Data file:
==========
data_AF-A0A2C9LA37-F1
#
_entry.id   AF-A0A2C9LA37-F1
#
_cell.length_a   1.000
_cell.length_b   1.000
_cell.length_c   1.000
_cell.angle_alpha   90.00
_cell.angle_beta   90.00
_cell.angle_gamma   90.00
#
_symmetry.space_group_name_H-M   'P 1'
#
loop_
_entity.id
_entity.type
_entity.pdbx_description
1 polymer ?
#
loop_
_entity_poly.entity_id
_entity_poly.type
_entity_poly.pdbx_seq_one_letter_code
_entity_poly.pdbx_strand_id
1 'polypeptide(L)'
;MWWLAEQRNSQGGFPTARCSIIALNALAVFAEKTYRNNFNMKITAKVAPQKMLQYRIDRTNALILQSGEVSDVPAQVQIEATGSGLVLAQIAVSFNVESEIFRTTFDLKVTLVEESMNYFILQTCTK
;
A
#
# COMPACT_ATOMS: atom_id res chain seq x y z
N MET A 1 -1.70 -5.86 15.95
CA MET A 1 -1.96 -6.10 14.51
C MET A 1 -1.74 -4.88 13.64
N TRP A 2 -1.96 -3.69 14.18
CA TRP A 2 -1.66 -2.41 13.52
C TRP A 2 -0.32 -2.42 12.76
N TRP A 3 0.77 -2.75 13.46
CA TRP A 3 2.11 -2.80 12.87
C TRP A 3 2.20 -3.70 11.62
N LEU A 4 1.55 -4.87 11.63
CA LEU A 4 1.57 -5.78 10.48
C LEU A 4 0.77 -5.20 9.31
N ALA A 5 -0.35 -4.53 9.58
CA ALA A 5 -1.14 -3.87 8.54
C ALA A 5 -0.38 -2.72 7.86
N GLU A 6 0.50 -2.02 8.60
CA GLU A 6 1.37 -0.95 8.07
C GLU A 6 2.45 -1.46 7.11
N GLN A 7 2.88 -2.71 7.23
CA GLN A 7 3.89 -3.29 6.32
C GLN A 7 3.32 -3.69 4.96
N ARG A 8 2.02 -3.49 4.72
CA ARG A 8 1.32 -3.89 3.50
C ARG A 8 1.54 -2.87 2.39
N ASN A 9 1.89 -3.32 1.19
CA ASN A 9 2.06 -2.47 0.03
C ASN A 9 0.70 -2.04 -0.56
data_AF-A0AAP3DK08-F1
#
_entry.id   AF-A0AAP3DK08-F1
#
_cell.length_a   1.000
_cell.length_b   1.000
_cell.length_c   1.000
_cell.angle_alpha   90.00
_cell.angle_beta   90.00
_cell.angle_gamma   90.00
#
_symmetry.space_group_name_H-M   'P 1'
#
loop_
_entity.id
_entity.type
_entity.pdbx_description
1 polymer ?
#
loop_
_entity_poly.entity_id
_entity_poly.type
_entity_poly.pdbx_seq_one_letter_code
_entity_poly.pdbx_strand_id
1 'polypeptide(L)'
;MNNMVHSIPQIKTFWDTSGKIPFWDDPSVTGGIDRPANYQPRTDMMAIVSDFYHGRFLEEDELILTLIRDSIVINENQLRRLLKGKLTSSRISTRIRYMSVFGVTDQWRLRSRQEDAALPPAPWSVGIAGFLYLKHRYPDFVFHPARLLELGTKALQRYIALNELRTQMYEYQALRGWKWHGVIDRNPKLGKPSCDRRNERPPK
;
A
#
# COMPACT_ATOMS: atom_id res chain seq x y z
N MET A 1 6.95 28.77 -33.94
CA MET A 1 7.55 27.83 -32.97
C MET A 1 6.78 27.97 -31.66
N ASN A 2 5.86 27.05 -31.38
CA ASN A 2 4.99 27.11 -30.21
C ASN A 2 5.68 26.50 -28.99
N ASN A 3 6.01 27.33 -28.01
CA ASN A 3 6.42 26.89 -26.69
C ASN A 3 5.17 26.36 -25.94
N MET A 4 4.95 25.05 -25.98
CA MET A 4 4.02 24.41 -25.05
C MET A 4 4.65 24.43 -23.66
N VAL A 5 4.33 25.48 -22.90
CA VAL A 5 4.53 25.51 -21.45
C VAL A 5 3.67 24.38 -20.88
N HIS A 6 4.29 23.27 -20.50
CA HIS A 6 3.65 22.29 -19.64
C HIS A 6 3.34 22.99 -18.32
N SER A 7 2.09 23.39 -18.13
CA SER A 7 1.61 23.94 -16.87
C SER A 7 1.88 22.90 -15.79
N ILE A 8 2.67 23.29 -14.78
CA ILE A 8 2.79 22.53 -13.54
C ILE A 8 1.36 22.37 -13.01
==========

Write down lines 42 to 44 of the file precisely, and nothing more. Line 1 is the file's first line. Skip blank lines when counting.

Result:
C LEU A 4 0.77 -5.20 9.31
N ALA A 5 -0.35 -4.53 9.58
CA ALA A 5 -1.14 -3.87 8.54